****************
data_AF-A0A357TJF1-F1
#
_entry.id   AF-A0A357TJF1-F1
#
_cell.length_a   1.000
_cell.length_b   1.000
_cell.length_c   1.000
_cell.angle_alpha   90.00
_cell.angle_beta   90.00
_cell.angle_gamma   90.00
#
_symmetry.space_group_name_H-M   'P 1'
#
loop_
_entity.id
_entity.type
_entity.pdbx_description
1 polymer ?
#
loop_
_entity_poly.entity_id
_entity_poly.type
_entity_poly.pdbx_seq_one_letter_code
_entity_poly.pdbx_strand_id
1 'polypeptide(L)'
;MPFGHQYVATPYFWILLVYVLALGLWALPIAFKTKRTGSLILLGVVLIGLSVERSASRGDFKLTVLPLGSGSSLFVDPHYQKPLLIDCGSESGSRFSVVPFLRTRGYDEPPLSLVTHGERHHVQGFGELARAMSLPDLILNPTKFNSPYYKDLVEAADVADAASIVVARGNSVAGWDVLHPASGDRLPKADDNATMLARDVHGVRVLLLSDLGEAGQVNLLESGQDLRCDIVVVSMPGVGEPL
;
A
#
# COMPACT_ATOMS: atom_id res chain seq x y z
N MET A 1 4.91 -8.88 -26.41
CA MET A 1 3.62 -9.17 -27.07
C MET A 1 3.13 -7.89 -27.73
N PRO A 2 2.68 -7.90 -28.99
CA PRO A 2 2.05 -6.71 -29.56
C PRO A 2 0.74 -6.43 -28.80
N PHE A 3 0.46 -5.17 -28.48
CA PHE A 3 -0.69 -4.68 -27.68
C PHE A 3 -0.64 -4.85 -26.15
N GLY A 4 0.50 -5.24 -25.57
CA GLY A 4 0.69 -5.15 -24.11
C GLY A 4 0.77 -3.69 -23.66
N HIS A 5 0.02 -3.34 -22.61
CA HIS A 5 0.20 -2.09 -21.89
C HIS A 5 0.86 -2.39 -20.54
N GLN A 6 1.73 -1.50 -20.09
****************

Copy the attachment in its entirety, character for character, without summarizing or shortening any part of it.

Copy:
data_AF-A0A357TJF1-F1
#
_entry.id   AF-A0A357TJF1-F1
#
_cell.length_a   1.000
_cell.length_b   1.000
_cell.length_c   1.000
_cell.angle_alpha   90.00
_cell.angle_beta   90.00
_cell.angle_gamma   90.00
#
_symmetry.space_group_name_H-M   'P 1'
#
loop_
_entity.id
_entity.type
_entity.pdbx_description
1 polymer ?
#
loop_
_entity_poly.entity_id
_entity_poly.type
_entity_poly.pdbx_seq_one_letter_code
_entity_poly.pdbx_strand_id
1 'polypeptide(L)'
;MPFGHQYVATPYFWILLVYVLALGLWALPIAFKTKRTGSLILLGVVLIGLSVERSASRGDFKLTVLPLGSGSSLFVDPHYQKPLLIDCGSESGSRFSVVPFLRTRGYDEPPLSLVTHGERHHVQGFGELARAMSLPDLILNPTKFNSPYYKDLVEAADVADAASIVVARGNSVAGWDVLHPASGDRLPKADDNATMLARDVHGVRVLLLSDLGEAGQVNLLESGQDLRCDIVVVSMPGVGEPL
;
A
#
# COMPACT_ATOMS: atom_id res chain seq x y z
N MET A 1 4.91 -8.88 -26.41
CA MET A 1 3.62 -9.17 -27.07
C MET A 1 3.13 -7.89 -27.73
N PRO A 2 2.68 -7.90 -28.99
CA PRO A 2 2.05 -6.71 -29.56
C PRO A 2 0.74 -6.43 -28.80
N PHE A 3 0.46 -5.17 -28.48
CA PHE A 3 -0.69 -4.68 -27.68
C PHE A 3 -0.64 -4.85 -26.15
N GLY A 4 0.50 -5.24 -25.57
CA GLY A 4 0.69 -5.15 -24.11
C GLY A 4 0.77 -3.69 -23.66
N HIS A 5 0.02 -3.34 -22.61
CA HIS A 5 0.20 -2.09 -21.89
C HIS A 5 0.86 -2.39 -20.54
N GLN A 6 1.73 -1.50 -20.09